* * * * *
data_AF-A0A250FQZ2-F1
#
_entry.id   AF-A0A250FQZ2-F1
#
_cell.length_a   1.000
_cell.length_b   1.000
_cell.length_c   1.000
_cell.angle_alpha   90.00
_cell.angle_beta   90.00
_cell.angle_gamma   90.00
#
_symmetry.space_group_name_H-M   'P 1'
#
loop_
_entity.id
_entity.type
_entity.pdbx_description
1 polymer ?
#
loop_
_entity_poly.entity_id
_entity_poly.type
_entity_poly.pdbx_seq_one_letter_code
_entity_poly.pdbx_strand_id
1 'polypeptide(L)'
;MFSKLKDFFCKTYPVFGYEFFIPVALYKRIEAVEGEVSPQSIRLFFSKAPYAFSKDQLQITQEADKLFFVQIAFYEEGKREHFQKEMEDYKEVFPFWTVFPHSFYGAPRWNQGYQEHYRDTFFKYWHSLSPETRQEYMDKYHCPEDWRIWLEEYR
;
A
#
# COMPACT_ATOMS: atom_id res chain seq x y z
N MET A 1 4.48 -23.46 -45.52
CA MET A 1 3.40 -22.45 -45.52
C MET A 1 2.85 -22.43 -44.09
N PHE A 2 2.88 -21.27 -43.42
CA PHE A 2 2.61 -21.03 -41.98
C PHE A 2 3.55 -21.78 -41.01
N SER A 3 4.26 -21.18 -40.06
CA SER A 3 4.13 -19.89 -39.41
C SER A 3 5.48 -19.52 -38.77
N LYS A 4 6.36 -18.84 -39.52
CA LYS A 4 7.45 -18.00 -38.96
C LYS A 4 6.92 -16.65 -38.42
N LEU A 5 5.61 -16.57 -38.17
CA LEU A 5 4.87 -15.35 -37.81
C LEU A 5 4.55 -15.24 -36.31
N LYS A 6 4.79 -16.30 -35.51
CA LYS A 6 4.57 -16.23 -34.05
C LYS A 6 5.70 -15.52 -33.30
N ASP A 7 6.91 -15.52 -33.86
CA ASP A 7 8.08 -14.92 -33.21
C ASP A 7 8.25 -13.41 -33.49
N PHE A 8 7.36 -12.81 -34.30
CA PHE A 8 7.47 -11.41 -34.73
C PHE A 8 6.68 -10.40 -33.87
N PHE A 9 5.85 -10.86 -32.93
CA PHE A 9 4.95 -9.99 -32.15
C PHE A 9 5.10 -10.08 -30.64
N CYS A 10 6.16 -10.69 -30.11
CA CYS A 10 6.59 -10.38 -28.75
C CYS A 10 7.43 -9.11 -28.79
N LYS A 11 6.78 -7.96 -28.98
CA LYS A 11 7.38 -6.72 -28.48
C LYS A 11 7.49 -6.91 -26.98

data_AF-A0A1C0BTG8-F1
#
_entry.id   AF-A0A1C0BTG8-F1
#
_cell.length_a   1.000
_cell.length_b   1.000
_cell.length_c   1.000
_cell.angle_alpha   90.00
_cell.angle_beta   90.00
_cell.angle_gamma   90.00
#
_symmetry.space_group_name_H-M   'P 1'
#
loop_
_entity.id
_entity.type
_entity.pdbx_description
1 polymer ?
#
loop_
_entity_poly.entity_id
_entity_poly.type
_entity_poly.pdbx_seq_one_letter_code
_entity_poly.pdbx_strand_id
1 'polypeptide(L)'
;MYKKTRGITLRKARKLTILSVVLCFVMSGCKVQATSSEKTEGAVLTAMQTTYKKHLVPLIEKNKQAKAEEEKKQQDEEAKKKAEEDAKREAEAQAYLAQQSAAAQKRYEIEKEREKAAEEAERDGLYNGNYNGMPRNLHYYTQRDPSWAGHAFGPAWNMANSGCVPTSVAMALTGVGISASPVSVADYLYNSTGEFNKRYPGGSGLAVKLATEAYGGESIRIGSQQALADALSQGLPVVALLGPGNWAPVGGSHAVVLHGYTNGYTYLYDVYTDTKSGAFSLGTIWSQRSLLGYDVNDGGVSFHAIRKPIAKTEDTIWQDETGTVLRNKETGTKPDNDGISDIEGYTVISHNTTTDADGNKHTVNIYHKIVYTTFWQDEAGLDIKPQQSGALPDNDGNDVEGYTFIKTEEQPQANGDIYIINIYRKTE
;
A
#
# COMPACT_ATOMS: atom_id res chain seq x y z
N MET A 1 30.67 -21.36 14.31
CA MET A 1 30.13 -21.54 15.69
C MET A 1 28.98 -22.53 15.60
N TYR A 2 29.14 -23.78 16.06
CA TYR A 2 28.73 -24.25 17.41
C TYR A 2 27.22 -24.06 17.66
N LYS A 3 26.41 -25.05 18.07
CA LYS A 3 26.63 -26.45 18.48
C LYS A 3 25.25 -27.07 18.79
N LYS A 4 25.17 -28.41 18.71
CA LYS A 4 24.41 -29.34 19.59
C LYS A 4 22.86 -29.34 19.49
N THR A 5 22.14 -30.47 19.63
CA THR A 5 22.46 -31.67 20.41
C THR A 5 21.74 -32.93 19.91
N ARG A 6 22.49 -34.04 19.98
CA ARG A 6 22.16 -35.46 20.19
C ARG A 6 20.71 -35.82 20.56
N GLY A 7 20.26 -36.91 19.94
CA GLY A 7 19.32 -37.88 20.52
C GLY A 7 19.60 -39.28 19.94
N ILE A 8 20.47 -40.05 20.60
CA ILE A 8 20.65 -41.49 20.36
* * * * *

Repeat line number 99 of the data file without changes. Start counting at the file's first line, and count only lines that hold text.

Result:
C TYR A 2 27.22 -24.06 17.66